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Using geocoding on AS/400 to enhance your Web presence

Geocoding application programming interfaces from mapping tools such as Google Maps can be integrated with System i to help customers using your websites navigate to your company's location. Not only can geocoding drive traffic to your organization, but it also adds an interactive element to your Web presence.

Online applications for AS/400 can help expand your knowledge and make your job easier. Consider the ability to...

incorporate maps into your Web applications. How many times have you thought about using an onsite map to drive traffic to your company's location(s)? What if you could personalize the experience to indicate users' locations and show them how to navigate to you? That way you could increase your presence with geocoding and mapping tools and offer personalization to your customers.

Geocoding tools are not language-specific, but knowledge of JavaScript and XML are important to the layout of the mapping application. Your Common Gateway Interface (CGI) applications -- written in Java, JSP, PHP or any i5 CGI software development tools -- can use these external application programming interfaces (APIs) to make your company look good.

Mapping services, such as MapQuest and Google Maps, provide APIs or programming tools to integrate your websites with theirs, often using Web techniques such as Asynchronous JavaScript and XML (Ajax) to create the link. These tools can give interactive capabilities to your Web application -- it's like using a software program installed directly on your local computer. Because the Web browser is adept at showing formatted output using Cascading Style Sheets and HTML to give you the results, Ajax can greatly simplify your Web software packages.

MapQuest, Google and Yahoo's APIs offer services that can bring out your lazy programming skills. They have features like the one that puts pins in your map to highlight specific locations and uses a different colored pin to represent your company and the customer's current location – adding a "you are here" component, so to speak.

Example: Google pins

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Example: MapQuest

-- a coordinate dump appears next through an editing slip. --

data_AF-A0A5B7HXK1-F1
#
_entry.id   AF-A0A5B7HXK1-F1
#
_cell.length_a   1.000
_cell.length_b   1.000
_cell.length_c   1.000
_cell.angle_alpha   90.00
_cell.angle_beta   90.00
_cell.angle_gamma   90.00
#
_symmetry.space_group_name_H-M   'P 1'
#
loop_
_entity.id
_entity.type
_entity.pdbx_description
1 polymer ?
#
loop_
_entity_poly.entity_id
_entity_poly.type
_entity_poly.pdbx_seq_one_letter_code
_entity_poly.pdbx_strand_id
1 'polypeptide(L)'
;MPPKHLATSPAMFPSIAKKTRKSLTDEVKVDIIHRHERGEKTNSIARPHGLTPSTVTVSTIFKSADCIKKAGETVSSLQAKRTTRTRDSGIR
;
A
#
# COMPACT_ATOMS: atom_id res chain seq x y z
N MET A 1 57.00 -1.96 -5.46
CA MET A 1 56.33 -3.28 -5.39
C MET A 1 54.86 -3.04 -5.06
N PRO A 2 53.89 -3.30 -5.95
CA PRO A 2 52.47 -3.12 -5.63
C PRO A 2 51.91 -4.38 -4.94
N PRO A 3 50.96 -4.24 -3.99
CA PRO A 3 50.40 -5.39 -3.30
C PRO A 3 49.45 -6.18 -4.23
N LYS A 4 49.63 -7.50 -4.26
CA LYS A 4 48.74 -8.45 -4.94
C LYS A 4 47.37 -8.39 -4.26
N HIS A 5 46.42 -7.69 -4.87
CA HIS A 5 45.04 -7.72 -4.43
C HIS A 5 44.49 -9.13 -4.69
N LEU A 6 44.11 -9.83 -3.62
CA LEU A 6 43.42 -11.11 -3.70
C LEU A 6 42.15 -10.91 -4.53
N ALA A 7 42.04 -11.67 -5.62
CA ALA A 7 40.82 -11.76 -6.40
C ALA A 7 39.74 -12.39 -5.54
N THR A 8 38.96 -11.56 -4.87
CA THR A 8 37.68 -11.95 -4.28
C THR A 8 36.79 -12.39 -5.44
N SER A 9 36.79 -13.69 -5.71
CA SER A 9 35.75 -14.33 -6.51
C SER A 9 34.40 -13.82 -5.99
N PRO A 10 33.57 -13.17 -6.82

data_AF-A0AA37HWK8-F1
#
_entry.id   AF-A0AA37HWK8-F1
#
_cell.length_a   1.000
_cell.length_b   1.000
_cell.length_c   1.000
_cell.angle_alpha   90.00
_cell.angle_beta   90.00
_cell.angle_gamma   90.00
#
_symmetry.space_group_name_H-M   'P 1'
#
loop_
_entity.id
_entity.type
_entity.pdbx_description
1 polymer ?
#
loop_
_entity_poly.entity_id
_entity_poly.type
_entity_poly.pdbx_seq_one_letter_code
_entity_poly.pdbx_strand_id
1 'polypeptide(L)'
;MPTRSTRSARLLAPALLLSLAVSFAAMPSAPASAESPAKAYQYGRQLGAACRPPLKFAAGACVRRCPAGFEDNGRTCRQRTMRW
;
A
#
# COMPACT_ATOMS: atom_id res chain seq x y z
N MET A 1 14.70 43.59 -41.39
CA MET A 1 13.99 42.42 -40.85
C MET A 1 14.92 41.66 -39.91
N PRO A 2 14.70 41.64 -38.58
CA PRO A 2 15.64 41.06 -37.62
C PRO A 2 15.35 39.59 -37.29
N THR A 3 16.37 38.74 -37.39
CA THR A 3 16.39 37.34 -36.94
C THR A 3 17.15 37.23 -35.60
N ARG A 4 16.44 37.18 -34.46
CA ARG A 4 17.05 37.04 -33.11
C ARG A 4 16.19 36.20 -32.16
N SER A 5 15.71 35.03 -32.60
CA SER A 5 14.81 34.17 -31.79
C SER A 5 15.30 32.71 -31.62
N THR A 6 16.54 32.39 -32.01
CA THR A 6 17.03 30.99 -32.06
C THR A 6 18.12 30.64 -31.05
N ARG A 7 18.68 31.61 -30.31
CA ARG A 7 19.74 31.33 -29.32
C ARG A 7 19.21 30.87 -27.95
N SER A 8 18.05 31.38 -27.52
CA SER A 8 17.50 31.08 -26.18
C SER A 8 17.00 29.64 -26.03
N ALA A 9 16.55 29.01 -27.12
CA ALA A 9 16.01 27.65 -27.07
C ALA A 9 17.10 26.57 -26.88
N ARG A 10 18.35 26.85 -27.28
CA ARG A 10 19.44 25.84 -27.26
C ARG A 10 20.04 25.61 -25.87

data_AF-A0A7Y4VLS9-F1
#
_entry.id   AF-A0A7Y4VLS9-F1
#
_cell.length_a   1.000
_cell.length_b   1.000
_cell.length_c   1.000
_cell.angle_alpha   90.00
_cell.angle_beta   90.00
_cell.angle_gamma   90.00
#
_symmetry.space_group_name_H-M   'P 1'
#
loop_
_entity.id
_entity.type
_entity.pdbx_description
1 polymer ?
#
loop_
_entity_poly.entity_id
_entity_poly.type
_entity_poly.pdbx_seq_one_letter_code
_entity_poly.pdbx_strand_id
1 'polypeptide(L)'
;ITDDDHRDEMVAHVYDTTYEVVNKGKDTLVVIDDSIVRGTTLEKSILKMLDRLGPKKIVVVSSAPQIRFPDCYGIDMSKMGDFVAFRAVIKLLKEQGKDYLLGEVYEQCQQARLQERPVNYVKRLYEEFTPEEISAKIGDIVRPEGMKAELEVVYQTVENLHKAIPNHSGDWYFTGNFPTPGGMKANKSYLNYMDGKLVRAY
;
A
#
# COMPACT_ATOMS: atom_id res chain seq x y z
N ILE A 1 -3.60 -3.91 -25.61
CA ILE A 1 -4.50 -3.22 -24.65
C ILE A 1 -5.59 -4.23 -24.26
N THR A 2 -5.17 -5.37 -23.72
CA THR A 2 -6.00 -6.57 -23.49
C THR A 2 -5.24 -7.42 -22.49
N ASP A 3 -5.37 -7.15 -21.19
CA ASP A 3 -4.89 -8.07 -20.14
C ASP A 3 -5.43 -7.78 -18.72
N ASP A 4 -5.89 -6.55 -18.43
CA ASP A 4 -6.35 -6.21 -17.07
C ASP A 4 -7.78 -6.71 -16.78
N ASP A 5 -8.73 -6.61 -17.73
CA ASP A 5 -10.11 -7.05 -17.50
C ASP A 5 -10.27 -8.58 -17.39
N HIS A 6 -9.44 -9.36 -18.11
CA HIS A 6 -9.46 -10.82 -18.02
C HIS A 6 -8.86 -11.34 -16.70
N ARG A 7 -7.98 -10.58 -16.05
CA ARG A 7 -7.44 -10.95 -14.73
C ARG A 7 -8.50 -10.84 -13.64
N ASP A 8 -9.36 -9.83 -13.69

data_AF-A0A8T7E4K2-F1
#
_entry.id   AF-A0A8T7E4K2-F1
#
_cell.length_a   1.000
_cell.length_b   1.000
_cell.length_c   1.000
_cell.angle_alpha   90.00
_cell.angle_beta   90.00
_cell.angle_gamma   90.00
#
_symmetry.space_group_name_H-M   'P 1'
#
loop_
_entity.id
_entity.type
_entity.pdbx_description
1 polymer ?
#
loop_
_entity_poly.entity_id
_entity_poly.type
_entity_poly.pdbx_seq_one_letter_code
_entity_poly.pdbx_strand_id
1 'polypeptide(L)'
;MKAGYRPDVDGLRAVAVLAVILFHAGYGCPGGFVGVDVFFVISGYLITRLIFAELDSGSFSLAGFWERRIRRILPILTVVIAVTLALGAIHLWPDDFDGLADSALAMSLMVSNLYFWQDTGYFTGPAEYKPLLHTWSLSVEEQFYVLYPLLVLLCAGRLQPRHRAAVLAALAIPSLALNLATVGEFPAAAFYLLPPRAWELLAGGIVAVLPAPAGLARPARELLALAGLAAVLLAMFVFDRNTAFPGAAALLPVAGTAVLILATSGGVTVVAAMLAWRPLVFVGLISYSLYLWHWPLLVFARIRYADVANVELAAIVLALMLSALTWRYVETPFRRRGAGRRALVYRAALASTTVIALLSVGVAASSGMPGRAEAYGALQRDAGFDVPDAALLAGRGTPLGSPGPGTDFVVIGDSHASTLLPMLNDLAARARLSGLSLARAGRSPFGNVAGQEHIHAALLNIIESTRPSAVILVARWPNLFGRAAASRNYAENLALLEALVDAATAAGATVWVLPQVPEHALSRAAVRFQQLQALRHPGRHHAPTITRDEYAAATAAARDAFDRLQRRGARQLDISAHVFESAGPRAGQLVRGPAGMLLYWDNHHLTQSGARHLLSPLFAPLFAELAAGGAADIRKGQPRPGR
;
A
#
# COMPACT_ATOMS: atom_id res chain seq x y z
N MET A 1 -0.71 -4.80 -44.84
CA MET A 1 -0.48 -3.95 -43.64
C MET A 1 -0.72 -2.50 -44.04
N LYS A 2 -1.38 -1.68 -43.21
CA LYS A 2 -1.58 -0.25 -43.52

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Both online API choices offer geocoding, which is the ability to turn an address into a specific map location. This is very important, since asking your customers for their latitude and longitude could prove difficult.

Let's outline this application so you can get a better idea of what it has to offer. For example, you have a customer who's looking for your closest location to him. First, you have to geocode all addresses that are going to be displayed on the map (as described earlier). Second, you need to calculate the distance between your address and the customer's address, either by writing your own routine or using the built-in tools.

Note that this form of calculation uses a straight line between the two points. If you need additional instruction, the formulas and tools are very well documented on the Web. Remember, this isn't the exact mileage. In areas with many one-way roads, customers could be located within a few hundred yards but may still need to travel farther than that to get to you. Use "about" when describing distance to customers -- as in, "The store is about five miles from your location."

Once this is laid out (and your customer service personnel have been prepped), you can also sort the output for the customer by those calculated miles. Once that's complete, as a finale, you can have your representative or customers (over the Web!) click the location (the pin on the map) and see directions appear in the same window or in a new one.

Online geocoding applications contain a wealth of other features, such as the ability to show satellite imagery, which can give customers a different view of the area they are trying to navigate. In my company's case, our central call center is using geocoding to accurately describe areas that the representatives may not be familiar with. You can limit the satellite display within your application using the setup tools.

ABOUT THE AUTHOR: Andrew Borts is webmaster at United Auto Insurance Group in North Miami, Fla. He is a frequent speaker at Common and is past president of The Southern National Users Group, an iSeries-AS/400 user group based in Deerfield Beach, Fla.

Did you find this helpful? Write to the editor about your IBM i concerns at Editor@Search400.com.

This was last published in February 2009

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